I want to discuss the *issue.* This incident is not an anomaly. It could have happened in almost any district at almost any Concordia - which is the point. It's a bigger issue than any one school, one incident, one district, or one individual. It's not a problem that can be fixed by shaming one district, calling out one school, or holding up any individual for negative attention. That would not address the problem. It is a synod-wide cultural issue.

    If anyone is intent on discovering the specifics, they can probably be found with a few clicks on the keyboard. My purpose in writing about it is to discuss the bigger picture and hopefully find ways to address this at a higher level than social or political pressure.

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  17. And what kind of honorary doctorate is also irrelevant (is there really any difference between specific honorary doctorates?)."

    First, "irrelevant" is your word, not mine. And second, yes, there are different types of honorary doctorates.

    "I want to discuss the *issue.*"

    Fine. But when you issue an accusation of "betrayal" you have gone from the *issue* to the *specifics* of those you accuse. And you make another unidentified accusation of betrayal, "This incident is not an anomaly," although you insert the weasel phrase, "could have happened" in the next sentence regarding other Concordia universities or districts.

    "My purpose in writing about it is to discuss the bigger picture"

    But nowhere in your article do you actually discuss the bigger picture that this is "not an anomaly" or that "It is a synod-wide cultural issue." You open with unidentified specifics, you discuss Lutheran hymnology and Rosa Young, and you close with a specific accusation of betrayal.

    Is it really that difficult for you to simply identify the District publication (or a link to it) where readers may go to get the information?

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    1. [W]hen you issue an accusation of "betrayal" you have gone from the *issue* to the *specifics* of those you accuse. -- Mr. Vehse

      Yes, but are we rascals really prepared to declare that He (Mt 26:21) was in the wrong, or playing mind-games, by making those gathered around Him sweat it out a bit (Mt 26:22)? Of course not. As it turns out, the lack of *specifics* was quite appropriate and captured what was coming down with splendidly divine wryness. The fact is that the "faithful" all betrayed Him, in one way or another. The issue at hand, the issue necessitating the cross, was bigger than any one individual who came to host Satanic desires. A focus on a single individual would not have addressed the problem ("All ye shall be offended because of Me this night...;" cf. Mt 26:31). It's a human-wide problem, whether we are speaking of individuals, societies, cultures, or even Concordias. I dare say, a betrayal of Lord Christ, that dark night, "could have happened" through any one of us breathing oxygen today, had the realized opportunity of ignominy presented itself.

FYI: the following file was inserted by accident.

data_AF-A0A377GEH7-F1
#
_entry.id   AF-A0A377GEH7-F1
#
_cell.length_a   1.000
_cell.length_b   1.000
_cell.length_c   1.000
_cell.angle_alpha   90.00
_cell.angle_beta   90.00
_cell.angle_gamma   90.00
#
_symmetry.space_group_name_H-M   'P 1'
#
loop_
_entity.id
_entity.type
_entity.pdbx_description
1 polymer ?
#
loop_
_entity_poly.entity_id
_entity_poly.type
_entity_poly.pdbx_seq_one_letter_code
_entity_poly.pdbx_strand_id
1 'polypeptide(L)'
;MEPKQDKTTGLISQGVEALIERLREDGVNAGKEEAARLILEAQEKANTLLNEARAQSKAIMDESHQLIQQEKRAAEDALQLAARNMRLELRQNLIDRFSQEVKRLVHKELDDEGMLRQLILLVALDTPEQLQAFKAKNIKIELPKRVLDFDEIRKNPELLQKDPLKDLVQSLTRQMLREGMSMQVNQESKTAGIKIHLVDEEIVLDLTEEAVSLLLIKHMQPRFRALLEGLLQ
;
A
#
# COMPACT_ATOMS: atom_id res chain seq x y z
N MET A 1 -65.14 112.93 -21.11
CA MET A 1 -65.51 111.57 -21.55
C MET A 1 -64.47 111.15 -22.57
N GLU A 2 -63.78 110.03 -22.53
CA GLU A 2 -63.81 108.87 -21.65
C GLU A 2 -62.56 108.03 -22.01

Wait, though ... this is obviously a weasel phrase, and as one lacking a furry tail, I heartily encourage the dear reader to change that "could" to the ringingly decisive "would." But relax, those of the all-inclusive fellowship of "us," I'm naming no names. Neither did Rev. Fr. Beane. For that matter, neither did Christ (cf. Mt 26:25). And let it be appreciated fully from Scripture, too, that the Master never said that those not dipping their hands with Him in the dish would not betray Him; or would never decide to find Him entirely forgettable, in the presence of His enemies; or would never find His Presence unworthy of an acknowledging nod, bow or a genuflection ... be it at Calvary, or at the Lutheran Gottesdienst. He never said such, and some Lutheran ushers have bragged about never bowing.

      As for putting a hand in a dish with Him, well, for certain ushers that would be less an issue of betrayal than one of courting the unsanitary.

      Maybe it's the contemporary culture.

      Your (unworthy) servant,
      Herr Doktor

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  18. Dear Carl:

    Well, since I'm the author, I define the intent.

    My intent is not to accuse any individual of anything (nobody broke any laws, rules, or anything of the sort) - rather it is to express disagreement. It is to demonstrate how this kind of attitude toward traditional hymnody (which is indeed a betrayal of our heritage) is so "uncontroversial" in our circles as to be cited approvingly in one of our district's official organs.

    The fact that no individual broke any bylaws notwithstanding, don't you find that kind of shocking? That's my point.